历史 2009/12/11 | 阅读: 3518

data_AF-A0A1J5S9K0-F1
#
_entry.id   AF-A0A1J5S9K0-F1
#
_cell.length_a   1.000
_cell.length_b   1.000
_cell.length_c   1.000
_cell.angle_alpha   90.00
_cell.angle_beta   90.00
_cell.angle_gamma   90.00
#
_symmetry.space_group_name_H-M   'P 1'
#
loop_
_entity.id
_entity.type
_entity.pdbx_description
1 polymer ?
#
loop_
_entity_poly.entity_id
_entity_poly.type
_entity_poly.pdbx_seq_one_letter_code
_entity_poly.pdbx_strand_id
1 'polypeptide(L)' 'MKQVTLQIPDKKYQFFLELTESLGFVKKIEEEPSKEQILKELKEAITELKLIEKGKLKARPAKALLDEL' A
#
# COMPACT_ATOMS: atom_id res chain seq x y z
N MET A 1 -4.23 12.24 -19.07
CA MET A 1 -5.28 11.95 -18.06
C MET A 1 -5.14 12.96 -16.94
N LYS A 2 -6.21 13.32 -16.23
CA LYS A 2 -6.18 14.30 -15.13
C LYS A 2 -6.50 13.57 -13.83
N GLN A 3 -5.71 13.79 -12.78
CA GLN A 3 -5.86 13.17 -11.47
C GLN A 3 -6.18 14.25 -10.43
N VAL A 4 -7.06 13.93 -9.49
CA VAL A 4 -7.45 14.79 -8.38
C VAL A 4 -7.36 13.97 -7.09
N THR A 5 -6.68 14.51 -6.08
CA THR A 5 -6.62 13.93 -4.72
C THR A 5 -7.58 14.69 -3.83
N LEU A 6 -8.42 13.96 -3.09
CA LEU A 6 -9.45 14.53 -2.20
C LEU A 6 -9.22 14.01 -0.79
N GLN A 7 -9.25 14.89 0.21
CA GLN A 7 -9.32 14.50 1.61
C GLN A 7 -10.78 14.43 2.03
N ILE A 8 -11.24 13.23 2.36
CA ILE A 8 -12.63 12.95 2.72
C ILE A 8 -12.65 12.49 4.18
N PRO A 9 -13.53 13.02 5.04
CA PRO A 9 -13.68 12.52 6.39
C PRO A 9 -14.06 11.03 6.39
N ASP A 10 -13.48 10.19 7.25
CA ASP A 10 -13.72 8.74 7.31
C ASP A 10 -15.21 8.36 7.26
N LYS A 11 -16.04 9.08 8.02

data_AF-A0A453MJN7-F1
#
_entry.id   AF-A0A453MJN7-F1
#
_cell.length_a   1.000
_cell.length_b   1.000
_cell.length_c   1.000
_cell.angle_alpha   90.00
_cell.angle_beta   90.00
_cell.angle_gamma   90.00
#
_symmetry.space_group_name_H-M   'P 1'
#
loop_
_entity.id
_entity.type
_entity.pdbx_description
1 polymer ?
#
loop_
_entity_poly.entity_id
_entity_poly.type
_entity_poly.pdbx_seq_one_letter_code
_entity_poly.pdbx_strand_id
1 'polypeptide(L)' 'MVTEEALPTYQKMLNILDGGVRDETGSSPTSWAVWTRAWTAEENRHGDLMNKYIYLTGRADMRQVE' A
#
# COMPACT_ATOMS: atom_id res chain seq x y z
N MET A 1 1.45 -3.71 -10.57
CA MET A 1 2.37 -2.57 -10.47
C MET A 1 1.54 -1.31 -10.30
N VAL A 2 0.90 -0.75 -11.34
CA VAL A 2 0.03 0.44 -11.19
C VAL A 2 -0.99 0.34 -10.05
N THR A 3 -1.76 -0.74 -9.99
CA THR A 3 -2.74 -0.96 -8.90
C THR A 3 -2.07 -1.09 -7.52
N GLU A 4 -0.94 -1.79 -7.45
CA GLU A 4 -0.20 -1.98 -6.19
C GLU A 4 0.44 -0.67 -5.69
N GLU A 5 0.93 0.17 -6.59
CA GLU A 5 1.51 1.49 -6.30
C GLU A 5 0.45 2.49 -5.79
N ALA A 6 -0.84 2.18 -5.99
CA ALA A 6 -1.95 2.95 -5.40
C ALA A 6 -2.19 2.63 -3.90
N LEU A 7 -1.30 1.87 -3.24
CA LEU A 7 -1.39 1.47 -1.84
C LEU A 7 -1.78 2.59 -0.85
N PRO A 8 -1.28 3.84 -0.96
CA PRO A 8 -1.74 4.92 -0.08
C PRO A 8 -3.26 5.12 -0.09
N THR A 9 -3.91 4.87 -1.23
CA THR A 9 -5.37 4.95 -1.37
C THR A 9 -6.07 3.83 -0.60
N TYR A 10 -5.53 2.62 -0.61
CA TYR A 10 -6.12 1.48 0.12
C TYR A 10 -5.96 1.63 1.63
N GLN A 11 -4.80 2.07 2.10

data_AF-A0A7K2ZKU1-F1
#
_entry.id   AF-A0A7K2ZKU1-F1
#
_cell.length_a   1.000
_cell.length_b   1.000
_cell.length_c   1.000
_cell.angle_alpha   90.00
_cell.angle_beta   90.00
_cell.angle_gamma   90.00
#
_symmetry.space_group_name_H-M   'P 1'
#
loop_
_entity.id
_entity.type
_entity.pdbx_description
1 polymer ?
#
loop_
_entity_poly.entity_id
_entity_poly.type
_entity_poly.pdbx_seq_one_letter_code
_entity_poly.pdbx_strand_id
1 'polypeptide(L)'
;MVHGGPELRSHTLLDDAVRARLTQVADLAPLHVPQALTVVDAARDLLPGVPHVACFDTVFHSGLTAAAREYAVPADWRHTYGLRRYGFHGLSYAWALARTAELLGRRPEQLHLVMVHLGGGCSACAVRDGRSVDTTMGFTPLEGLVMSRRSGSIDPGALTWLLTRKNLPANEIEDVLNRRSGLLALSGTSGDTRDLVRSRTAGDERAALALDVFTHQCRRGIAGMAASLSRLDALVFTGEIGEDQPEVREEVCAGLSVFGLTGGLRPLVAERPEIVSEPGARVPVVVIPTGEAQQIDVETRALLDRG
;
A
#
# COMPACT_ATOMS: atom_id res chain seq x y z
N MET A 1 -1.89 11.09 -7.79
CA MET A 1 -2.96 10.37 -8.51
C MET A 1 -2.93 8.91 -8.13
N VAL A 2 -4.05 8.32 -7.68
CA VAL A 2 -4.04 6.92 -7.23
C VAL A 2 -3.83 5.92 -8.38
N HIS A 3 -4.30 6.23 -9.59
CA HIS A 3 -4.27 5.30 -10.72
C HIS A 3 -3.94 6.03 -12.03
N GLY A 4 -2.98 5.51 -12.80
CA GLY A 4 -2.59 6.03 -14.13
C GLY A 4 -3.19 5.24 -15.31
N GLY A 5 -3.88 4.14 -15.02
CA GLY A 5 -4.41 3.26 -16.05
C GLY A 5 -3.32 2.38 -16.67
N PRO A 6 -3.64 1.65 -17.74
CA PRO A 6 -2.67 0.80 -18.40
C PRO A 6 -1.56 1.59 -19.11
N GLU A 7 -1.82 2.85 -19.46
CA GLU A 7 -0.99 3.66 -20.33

国民党从1927年建立南京政权到1949年败退大陆,颁布了一系列土地政策和法规,并在部分地区实行了土地改革,但并未取得实质性的成效。对此,美国学者倾向责备国民党没有诚意推行和支持实质性的乡村改革。台湾官方则将土地改革不成功的原因归结为日本侵略的干扰。如果看看同一时期,同一历史背景下,共产党在其控制的区域成功地实行的土地改革,上述观点显然有推搪塞责之嫌。还有部分学者得出改良主义行不通的结论。相对于共产党以激进的方式取得成功的作法,似乎有一定道理。但再看一看国民党退避台湾后,实行三七五减租、公地放领、限田及征收私有土地给现耕农承领为主要内容的土地改革,手段并非激进却取得了成功,似乎说服力也不强。而多数学者认为南京政府是大地主大资产阶级利益的代表,为维护自身利益而未实行彻底的土地改革,倒是触及到了问题的实质。但笔者认为这只是问题的一个方面,南京政府在土地问题上的不成功,更缺少的是认真执行土地改革政策的基层政权力量。  1927年南京国民政府建立后,即开始着手制定各项土地法规,准备进行土地改革。仅1927-1937年10年中南京政府颁布的“地政法规及各省地政单行章则不下240种”(注:朱子爽:《中国国民党土地政策》,国民图书出版社1943年版。)。其中较重要的有1930年6月公布的《土地法》等。应该说国民党颁布的有关土地问题的法令法规大体体现了孙中山“平均地权”、“耕者有其田”的思想原则,只要坚持不懈地贯彻执行,中国的土地问题未必不能得到解决。然而直到1949年国民党败退大陆,“平均地权”主张非但没能实现,土地问题反而比任何时期都严重。  对于土地改革未能收效的原因,蒋介石1952年4月在台湾阳明山庄做关于《土地国有要义》的讲演中是这样认为的:“所可惜的是我们有完善的主义、政策、计划和方案,却缺乏具体精密的方法,和笃实践履的行动。……过去我们的失败,就失败在虽有计划,而没有行动,虽有行动,而缺少方法,即使有了行动,而又是与现实不合的。……没有方法,亦就不能获致效果”(注:中共中央党校党史教研室编:《三民主义历史文献选编》,第435页,中共中央党校科研办公室1987年印行。)。而曾参与国民党土地改革的肖铮的看法则更接近本质。他认为:“问题的焦点在于决心不够,只要我们有推行土地政策的决心,法不完全,可以修正,人力不够,可以培育罗致,经费不足,可以筹拨。所以,这些问题都不足以影响土地政策的推行。唯有决心不够,确实可以影响一切”(注:《地政通讯》第23期。)。其他类似的看法也认为:“自国都之所在南京而至各大省会特别市,对平均地权之实行,始终犹豫无决心”,以致“各省市严格执行者,殊不多见。”(注:郭汉民:《管教养卫与平均地权》,《中国土地政策》第38页。)至于为什么决心不够,肖铮认为,国民党执政后,“居于高级领导阶层的部分同志失去革命精神”,他们“在首都及其他大城市,已买进大批土地建筑大厦,甚至经营房地产生意,因之更牵涉到本身利害关系。”(注:肖铮:《土地改革五十年》,第72页,台湾中国地政研究所1980年版。)  其实,土地改革不仅仅牵涉到国民党内高级领导人的利益,还牵涉到从中央到基层很多人特别是把持乡村政权的地主豪绅的利益,因而受到他们激烈抵制。早在30年代进步的经济学家就指出:“租佃制度是否能够彻底改革,主要关键到还不在改革办法是否周密,而在乡村政权究竟在谁的手里,如果地主豪绅掌握乡村政权,那末任何周密办法都是无法推行。”(注:益圃:《中国地政学会怎样改革租佃制度》,薛暮桥、冯和法编:《〈中国农村〉论文选》(上),第342页,人民出版社1983年版。)中国是个半封建的社会,政治机构愈到下层,便愈带着浓厚的封建色彩。1927年大革命失败后,农村中豪绅地主阶级政治势力得到恢复与加强。旧式的乡董、图董等土劣,摇身一变,当上了“新式”的区长、乡长、镇长。乡村政权几乎被顽固的封建势力所操纵。“农村行政,为地主的广大势力所渗透,税收、警务、司法、教育,统统建立在地主权力之上”(注:《陈翰笙文集》第61页,复旦大学出版社1985年版。)。在北方,“一般来说,无论是新式或旧式区长,常为当地大小地主所包办。”农村复兴委员会1933年对陕西、河南两省66人区长的调查表明,拥有百亩以上土地的地主占70%左右。在南方,家村基层政权也多为中小地主直接掌握。同据农村复兴委员会调查,江苏无锡6个区的乡镇长中,地主占89.9%,富农占6.7%,中农占3.1%(注:李珩:《中国农村政治结构的研究》,《中国农村》第1卷第10期,1935年7月。)。另据陈翰笙等人1930年对无锡104个村长的调查,地主占91.3%,富农占7.7%,商人占1%(注:《陈翰笙文集》第62页,复旦大学出版社1985年版。)。同年,江苏省民政厅对该省374个占有千亩以上土地的大地主主要职业的统计表明,各级军政官吏占44.39%,高利贷者占34.49%,商人占17.91%,经营实业者占3.21%(注:肖铮:《民国二十年代中国大陆土地问题资料》第46155页,台北成文出版社、美国中文资料中心1966年联合出版。),正是由于这些兼任军政官吏、高利贷者、商人等新式豪绅地主盘距在乡村政权中,国民政府在日趋严重的农村土地问题上所择取的许多改革措施不是收效甚微,便是归于失败。“中央政府所制定的改良政策,往往传到省政府时打了一个折扣,传到县政府时再打一个折扣,落到区乡长的手里的时候,便已所余无几。譬如‘减轻田赋,废除苛杂’,中央虽然三令五申,但到县政府和区乡长的手里的时候,就会把一部分田赋变成税捐,把一部分的税捐变为摊派,换汤不换药地敷衍过去。”(注?益圃:《新土地政策的实施问题》,《中国农村》第3卷第7期,1937年7月。)又如“二五减租”,在江苏,经办减租的各县县长“为结好于彼等起见,故决不愿厉行此项法令,是以毫无成绩可言”(注:马寅初:《中国经济改造》(下),第678页,商务印书馆1935年版。)。在湖北,1927年9月30日省政府发布的文件说:省政府关于减租的文告“业布已经月余,其切实执行者固多,而借故迁延,意存观望者,亦复所在多有,甚至将所颁布布告,匿不张贴,藐视法令,违反党纲,显系土豪劣绅,把持操纵,流氓地痞,顽抗阻挠”(注:《中华民国史事纪要》,第609-610页。)。浙江最早实行“二五减租”,但开始后不久,就受到了地主势力的破坏和阻挠。他们或诬指减租农民为共产党报警逮捕,或借口收回自种以撤佃相威胁,或贿使地痞流氓及暴徒以武力抗拒减租。天台、遂安、武义等县都发生了县党部指导员因推进减租而被殴打或杀害事件。地主们纠集在一起联名向省政府及南京政府要求废止减租,收回成命的函电,更是屡见不鲜。1928年,省政府为修杭江铁路,准备预征田赋,有势力的地主即乘机向省政府主席张静江游说:如不取消“二五减租”,“明年(1929年)起将不缴田赋”(注:肖铮:《中华地政史》,第273页。)。在地主阶级的压力下,张乃于1929年4月,在省政府会议上提出:“‘二五减租’办法自实行以来,纠纷迭起,佃业双方均受其害,洵属有弊无利,拟民国十八年份起取消‘二五减租’。”(注:肖铮:《民国二十年代中国大陆土地问题资料》第33980页,台北成文出版社、美国中文资料中心1966年联合出版。)省政府遂通过了自本年起暂行取消减租的决议。后虽由中央派员协调,“二五减租”名义上仍旧存在,但已“名存实亡”。地主勾结警吏,压迫佃农,无端撤佃、追租、补租等事件频繁发生。许多县政府和区乡长阳奉阴违,甚至“伪造省府训令”,宣称“实行二五减租即以共匪论罪”(注:益圃:《新土地政策的实施问题》。)。这说明地方政府尤其是乡村组织中充满着豪绅封建势力,很难指望它来忠实执行反封建的改良政策。再如土地整理,首先要求册籍明了,但直至抗战爆发,国民政府在各省的清丈土地、编造图册的工作也未完成。而经办土地陈报的乡镇长大都是当地的地主豪绅。大小地主们利用册籍的混乱和在乡村中的特权,将田亩以少报多,以熟报荒,逃避或减少负担。地籍不明,册书散乱对他们来说有百利而无一弊。政府当局明知他们作恶多端,但大多数领导人与乡村中土地占有者“利?一致,思想感情相通”(注:(美)杨格著,陈泽宪等译:《1927年至1937年中国财政经济情况》,第337页,中国社会科学出版社1981年5月版。),又因税源所系,常与他们互相利用,互相掩饰。在江苏,地主豪绅贿赂地政官员隐瞒田产之案屡有发生。有的县居然出现查报后的田亩较查前反为短少的情况(注:肖铮:《民国二十年代中国大陆土地问题资料》,第14392页。)。由这些人来担任整理土地的责任,是不可能指望有所成就的。江苏的土地陈报“虽有四年之久而开办区域与登记,成绩实无甚大进步”(注:《地政月刊》第1卷第2期。)。浙江推行土地陈报工作一年余,动员专职人员12万余,农民负担每亩0.12元陈报费,耗资30余万元,最后仅完成全省耕地面积的17%(注:石西民:《我国田赋的积弊与整理》,薛暮桥、冯和法编:《〈中国农村〉论文选》(上),第386页。)。直到1948年,肖铮终于认识到:“我们20年来的政治基础是建筑在地主身上的”(注:《土地改革》第1卷第1期,1948年4月。)。  正因为豪绅地主势力充当着南京政权对乡村统治的基础,南京政府只能是旧有土地制度的维护者。它不可能打倒自己赖以生存的基础——地主阶级。它所制定的政策法规也以不违背大土地所有者的利益为宗旨。这一点《土地法》中已明白无误地表达出来。该法虽规定“中华民国领域内之土地,属于中华民国国民全体”,但同时又规定“其经人民依法取得所有权者,为私有土地”(注:《东方杂志》第27卷第13号,1930年7月。)。蒋介石说得更明白:“如果我们从地主手里拿走土地,赶走共产党岂不多此一举?”(注:章有义:《中国近代农业史资料》第3辑,第345-346页,三联书店1957年版。)蒋介石还一再向地主表明土地改革不会损害他们的利益。1941年6月,蒋介石在第三次全国财政会议上安慰地主说:“我们民生主义的土地政策,不是和共产党一样,要来没收土地,也不是现在就要地主的地盘,尽归公家所有;而只是由地主自行报价,政府只依照法规定税率,照价纳税而已,……而土地仍归原主所有,至土地定价以后将来的收益,才归于社会国家所公有。如此就是对于地主固有的权利与现在已得的利益,并无丝毫损失,而且藉此可以获得永久的保障”(注:张其昀:《先总统蒋公全集》第2册,第1522-1523页,台湾中华文化大学1984年版。)。  国民党一方面竭力维护地主阶级利益,另一方面不能也不敢公开放弃“平地地权”、“耕者有其田”的政策。再者,大革命失败后,由于长期军阀混战以及严重的自然灾害和世界经济危机的袭击,中国农村经济走上急速破产的道路,1932年以后几乎到了崩溃的边缘,直接影响到国民政府的财政收入。不仅如此,农村中有田无粮、无田有粮、田多粮少、田少粮多这种税负畸形状况加剧,农村问题的核心——土地所有与土地使用间的矛盾日趋尖锐,国统区农民自发斗争不断发生,共产党领导的苏区土地革命也日益发展和状大。这一切对国民党的统治构成了严重的威胁。土地问题已不仅仅是经济问题,更成为社会问题和政治问题。面对如此严峻的现实,国民党不得不对农村土地问题采取一定改革措施。可见国民党在土地问题上具有明显的矛盾性和被动性。这种矛盾性和被动性体现在国民政府对所制颁的土地法令条例往往是“议而不决”、“决而不行”,采取延宕办法“推”、“拖”了之。例如,《土地法》1930年6月就已公布,但国民政府并不打算很快实施。该法第5条规定:“本法之施行法另定之”。第6条规定:“本法各编之施行日期及区域,分别以命令定之”(注:《东方杂志》第27卷第13号,1930年7月1日。)。1935年5月国民政府才公布《土地法施行法》,此时距《土地法》颁布已有5年之久,且第2条规定:“本法之施行日期及区域与土地法同”(注:沈云龙:《近代中国史料丛刊续辑》第581辑,第52期,第32页。)。直到1936年2月,国民政府才公布《各省市地政施行程序大纲》,明令《土地法》、《土地法施行法》与此法于1936年3月1日同时施行(注:吴文晖:《中国土地问题及其对策》,第276页,商务印书馆1943年版。)。由于《土地法》本身存在许多弊病和漏洞需要修改,1937年5月,国民党中央政治委员会通过了《修正土地法原则》。修正的《土地法》草案亦经立法院经济委员会起草完稿。但不久抗日战争爆发,该方案一搁又是数年,迟迟不予公布,更不用说实行了。再如,1941年12月15日召开的国民党五届九中全会通过了《土地政策战时实施纲要》,行政院为此还设立了地政署以贯彻实行。但政府对此采取拖延战术,逐渐使问题由延缓而趋于冷漠。加上财政当局消极反对。“故卒使此案仍为本党之又一‘决而不行’之案例”(注:肖铮:《土地改革五十年》,第221页。)。1948年,肖铮等人向立法院提出了一个体现“耕者有其田”精神的《农地改革法案》,但讨论了半年之久也没通过,最后与其他二个提案“?付审查”,不了了之。类似上述“议而不决”、“决而不行”之事例不胜枚举。中国食货会的曾资生曾指出:“中国土地问题迄今不能获得合理解决,原因固多,但尤可注意的是政府的本质问题。……因之,一个进步的革命政策拿出来,转了两个弯便没有了”(注:《中央周刊》第10卷第13期,1948年3月。)。  国民党在土地问题上的不成功,不仅对当时国民政府经济上产生了深刻的影响,更导致了这个政权以后被倾覆的后果。大革命失败后,中国共产党建立了农村根据地,并在各革命根据地开展了以消灭封建地主土地所有制为主要内容的土地革命运动。国民党则抛弃了大革命时期“打倒土豪劣绅”的口号,转而依靠地主劣绅建立保甲制度,控制乡村政权,稳定乡村局势,因此,不得不向阻碍、抗拒土地改革的地主豪绅让步。抗战时期,国民党虽在湖北等地继续实行减租减息,但“在战时,政府要征粮,要筹财税,不免仍多依赖地主合作,故各县政府士绅均不能真正赞助二五减租的推行”(注:肖铮:《土地改革五十年》,第231页。)。抗战胜利后,由于国民党忙于“劫收”和准备内战,更无心搞什么土地改革了。国民党一而再、再而三地失去了解决土地问题的良机,以致土地问题积重难返到不可救药的地步。肖铮后来回忆道:“自从民国廿一年起,我们发动的各种土地改革步骤,统多遭到了反对者以‘应慎重’、‘再研究’等延宕战略,使土地改革的一切政策都遭到了搁置;以致有大陆整个沦亡的后果”(注:肖铮:《土地改革五十年》,第73页。)。而共产党则根据不同时期政治形势的变化,适时地提出相应的土地改革政策并彻底贯彻,以致有了中国革命的胜利。国共“两党的争论,就其社会性质来说,实质上是在农村关系的问题上。”(注:《毛泽东选集》合订本,第978页。)因此,对农村土地问题采取什么亩圆撸唤鼍哂芯靡庖澹凶胖匾恼我庖搴蜕缁嵋庖濉?936年毛泽东在延安回答美国记者埃德加·斯诺有关革命、农民和土地问题的提问时说:“谁赢得了农民,谁就会赢得中国,谁能解决土地问题,谁就会赢得农民”(注:《斯诺眼中的中国》,第47页,中国学术出版社1982年版。)。精辟地概括出土地问题在中国革命中的位置。